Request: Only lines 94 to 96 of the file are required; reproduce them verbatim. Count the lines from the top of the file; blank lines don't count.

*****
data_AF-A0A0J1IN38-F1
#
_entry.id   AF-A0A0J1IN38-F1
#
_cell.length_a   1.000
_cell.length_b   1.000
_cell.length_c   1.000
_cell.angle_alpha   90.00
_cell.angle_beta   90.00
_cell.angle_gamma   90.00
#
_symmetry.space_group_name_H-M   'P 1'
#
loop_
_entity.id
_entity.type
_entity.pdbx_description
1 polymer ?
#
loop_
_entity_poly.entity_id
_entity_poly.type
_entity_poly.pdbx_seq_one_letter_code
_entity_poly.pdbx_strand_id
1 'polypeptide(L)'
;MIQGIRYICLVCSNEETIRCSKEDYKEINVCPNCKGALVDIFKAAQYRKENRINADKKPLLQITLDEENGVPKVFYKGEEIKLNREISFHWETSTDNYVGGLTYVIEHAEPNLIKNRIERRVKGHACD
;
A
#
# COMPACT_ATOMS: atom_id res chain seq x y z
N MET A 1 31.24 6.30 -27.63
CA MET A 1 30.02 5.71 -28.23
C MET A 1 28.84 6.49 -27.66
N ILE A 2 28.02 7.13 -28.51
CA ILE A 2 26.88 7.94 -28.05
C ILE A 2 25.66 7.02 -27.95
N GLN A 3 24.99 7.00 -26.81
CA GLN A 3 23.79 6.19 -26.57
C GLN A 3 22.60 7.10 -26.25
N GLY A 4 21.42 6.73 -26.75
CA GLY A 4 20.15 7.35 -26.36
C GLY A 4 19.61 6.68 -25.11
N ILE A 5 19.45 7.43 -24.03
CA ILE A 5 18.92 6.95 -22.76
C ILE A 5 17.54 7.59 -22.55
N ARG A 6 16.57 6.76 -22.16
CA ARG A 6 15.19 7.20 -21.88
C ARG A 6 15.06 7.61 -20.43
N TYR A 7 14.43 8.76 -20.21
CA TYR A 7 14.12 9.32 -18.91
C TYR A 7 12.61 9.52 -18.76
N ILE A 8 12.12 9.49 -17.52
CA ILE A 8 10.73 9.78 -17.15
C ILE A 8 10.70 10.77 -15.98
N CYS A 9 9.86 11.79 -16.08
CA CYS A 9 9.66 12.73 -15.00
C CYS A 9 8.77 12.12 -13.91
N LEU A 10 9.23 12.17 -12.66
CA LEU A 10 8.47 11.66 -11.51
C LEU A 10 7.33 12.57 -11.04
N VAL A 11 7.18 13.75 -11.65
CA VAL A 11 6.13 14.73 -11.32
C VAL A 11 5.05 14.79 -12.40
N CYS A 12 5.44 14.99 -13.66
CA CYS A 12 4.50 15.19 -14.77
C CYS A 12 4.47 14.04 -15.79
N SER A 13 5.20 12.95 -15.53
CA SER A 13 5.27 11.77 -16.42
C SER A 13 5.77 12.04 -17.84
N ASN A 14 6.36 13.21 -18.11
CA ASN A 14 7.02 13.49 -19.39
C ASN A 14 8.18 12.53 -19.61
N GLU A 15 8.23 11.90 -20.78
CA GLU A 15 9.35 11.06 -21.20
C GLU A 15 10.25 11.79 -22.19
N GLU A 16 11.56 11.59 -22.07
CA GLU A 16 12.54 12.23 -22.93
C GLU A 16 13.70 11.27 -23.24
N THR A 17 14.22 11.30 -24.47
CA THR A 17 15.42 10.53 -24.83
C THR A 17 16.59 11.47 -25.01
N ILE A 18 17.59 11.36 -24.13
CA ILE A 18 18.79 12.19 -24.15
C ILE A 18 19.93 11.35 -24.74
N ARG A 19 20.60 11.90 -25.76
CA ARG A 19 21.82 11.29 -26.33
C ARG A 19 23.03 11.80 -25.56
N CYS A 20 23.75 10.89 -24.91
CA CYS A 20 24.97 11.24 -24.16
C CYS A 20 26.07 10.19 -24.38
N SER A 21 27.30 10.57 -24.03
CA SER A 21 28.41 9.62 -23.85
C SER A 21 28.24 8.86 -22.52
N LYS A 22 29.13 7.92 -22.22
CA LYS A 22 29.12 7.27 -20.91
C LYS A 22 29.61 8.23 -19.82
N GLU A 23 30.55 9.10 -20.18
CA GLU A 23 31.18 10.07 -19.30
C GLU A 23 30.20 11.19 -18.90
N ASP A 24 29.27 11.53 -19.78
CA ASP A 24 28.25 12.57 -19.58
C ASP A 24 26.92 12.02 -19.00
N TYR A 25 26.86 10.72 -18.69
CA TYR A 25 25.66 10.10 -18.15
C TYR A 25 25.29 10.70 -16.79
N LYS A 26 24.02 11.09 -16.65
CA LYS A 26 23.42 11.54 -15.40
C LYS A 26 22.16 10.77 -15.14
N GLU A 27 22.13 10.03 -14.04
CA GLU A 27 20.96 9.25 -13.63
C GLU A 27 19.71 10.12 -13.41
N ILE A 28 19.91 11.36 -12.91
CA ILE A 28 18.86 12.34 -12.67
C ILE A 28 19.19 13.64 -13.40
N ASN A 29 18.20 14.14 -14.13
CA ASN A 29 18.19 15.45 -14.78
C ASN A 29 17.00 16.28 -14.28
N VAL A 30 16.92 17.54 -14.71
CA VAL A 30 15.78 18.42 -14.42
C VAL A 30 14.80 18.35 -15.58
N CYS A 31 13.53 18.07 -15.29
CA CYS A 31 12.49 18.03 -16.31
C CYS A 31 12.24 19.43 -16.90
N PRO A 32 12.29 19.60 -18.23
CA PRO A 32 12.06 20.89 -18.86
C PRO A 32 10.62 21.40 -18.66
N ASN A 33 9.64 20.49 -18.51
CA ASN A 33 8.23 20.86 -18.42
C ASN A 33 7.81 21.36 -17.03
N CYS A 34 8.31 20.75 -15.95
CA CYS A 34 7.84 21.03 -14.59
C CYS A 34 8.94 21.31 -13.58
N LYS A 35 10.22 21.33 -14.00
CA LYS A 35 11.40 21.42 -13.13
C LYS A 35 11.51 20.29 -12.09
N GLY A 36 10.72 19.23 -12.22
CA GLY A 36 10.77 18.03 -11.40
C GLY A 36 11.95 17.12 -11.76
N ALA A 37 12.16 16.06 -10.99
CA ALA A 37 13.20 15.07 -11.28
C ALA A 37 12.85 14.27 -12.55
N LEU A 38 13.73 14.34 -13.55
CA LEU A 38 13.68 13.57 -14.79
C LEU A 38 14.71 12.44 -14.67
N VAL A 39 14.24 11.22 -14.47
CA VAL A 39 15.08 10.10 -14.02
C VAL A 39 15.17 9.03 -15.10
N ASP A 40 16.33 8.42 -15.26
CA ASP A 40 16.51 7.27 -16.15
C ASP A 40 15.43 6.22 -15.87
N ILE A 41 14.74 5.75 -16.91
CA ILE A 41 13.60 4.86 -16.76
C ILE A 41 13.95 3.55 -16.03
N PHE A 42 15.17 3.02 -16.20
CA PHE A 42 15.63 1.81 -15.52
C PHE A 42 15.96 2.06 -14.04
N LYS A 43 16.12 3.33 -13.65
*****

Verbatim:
N LYS A 22 29.13 7.92 -22.22
CA LYS A 22 29.12 7.27 -20.91
C LYS A 22 29.61 8.23 -19.82